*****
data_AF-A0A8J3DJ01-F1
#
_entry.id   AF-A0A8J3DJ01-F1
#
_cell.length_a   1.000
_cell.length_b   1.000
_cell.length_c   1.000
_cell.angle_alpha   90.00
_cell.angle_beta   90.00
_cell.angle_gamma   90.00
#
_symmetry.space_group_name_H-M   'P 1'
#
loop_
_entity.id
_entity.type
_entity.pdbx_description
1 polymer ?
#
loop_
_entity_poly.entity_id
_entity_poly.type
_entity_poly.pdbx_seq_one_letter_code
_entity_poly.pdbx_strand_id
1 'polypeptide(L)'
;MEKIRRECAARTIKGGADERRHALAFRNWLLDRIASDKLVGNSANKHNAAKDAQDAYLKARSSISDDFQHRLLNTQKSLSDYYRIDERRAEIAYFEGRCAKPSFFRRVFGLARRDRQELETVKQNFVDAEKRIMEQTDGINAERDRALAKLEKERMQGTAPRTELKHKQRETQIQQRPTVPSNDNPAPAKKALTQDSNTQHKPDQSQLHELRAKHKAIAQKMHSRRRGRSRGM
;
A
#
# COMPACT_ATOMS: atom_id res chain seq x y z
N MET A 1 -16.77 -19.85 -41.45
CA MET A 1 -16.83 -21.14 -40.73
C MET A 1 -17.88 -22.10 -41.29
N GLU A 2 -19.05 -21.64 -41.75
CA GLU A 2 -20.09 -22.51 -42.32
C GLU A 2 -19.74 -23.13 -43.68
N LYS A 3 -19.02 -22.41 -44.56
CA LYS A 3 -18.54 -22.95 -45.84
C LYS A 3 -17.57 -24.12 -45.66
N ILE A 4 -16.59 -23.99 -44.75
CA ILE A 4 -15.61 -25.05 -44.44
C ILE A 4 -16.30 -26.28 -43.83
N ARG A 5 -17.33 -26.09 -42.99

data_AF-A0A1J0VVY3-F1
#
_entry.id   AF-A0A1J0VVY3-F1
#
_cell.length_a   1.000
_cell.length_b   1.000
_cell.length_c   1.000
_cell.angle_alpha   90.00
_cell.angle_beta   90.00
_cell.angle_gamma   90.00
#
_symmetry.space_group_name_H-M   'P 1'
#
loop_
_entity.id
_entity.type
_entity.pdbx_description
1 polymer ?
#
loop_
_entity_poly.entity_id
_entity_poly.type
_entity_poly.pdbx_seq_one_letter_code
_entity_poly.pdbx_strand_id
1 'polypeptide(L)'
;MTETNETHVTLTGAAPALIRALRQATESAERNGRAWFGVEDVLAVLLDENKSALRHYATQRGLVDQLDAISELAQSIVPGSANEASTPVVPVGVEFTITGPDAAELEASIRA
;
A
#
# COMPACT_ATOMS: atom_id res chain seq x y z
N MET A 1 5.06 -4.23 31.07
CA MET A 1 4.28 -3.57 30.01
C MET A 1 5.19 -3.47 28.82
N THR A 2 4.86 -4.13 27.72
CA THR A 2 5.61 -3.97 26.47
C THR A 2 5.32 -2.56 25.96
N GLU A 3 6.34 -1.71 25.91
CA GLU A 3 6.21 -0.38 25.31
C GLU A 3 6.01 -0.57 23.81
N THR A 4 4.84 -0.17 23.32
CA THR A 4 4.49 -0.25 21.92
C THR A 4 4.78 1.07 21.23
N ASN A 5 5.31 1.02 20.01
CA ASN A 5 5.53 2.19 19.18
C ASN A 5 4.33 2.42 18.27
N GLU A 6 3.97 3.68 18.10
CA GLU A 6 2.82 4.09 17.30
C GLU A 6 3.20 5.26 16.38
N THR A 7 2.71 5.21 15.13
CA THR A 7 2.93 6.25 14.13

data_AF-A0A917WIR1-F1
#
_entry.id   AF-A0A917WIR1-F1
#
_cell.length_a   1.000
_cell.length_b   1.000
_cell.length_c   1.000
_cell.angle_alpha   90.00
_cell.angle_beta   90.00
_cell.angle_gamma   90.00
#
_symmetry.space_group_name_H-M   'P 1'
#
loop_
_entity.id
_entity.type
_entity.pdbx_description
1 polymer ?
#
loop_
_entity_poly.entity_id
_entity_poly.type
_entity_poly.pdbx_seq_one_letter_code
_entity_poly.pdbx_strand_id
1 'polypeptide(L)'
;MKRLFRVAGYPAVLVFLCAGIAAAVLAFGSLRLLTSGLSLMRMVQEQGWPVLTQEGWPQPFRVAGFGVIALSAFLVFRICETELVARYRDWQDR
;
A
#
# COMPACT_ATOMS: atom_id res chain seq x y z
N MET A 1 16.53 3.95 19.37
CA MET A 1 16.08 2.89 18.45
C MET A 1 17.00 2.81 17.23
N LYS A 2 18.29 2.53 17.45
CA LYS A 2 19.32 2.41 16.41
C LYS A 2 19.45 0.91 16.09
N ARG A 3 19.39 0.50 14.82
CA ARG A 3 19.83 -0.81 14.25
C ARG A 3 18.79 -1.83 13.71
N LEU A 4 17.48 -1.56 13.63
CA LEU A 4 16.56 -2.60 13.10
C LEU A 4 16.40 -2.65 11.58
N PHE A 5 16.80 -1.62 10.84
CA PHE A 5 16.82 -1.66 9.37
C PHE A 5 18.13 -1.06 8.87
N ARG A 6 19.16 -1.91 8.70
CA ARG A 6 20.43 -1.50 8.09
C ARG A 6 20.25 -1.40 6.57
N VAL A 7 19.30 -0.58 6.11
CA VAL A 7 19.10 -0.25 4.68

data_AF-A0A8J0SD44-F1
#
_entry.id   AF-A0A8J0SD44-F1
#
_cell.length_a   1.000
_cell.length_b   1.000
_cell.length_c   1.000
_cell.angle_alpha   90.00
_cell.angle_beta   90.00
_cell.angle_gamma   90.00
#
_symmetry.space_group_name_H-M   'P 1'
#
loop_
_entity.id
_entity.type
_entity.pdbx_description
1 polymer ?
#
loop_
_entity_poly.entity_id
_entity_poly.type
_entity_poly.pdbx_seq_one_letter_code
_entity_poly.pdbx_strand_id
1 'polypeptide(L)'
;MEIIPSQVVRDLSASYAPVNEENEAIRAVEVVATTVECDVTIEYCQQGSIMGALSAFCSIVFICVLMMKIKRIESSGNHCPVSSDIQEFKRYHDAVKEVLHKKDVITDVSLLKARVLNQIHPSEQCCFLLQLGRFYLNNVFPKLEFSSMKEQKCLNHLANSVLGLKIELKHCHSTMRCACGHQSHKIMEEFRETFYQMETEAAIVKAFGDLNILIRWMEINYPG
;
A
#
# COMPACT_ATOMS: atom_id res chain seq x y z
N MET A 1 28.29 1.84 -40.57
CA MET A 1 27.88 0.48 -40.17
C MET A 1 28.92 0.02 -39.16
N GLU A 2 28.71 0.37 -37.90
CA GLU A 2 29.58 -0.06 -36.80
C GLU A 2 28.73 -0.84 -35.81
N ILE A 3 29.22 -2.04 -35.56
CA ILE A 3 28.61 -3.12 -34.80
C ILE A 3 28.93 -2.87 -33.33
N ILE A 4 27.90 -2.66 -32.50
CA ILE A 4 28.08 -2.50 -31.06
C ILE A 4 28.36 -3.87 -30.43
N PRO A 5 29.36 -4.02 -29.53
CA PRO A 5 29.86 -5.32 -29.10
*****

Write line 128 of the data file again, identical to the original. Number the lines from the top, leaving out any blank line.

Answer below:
CA LYS A 2 19.32 2.41 16.41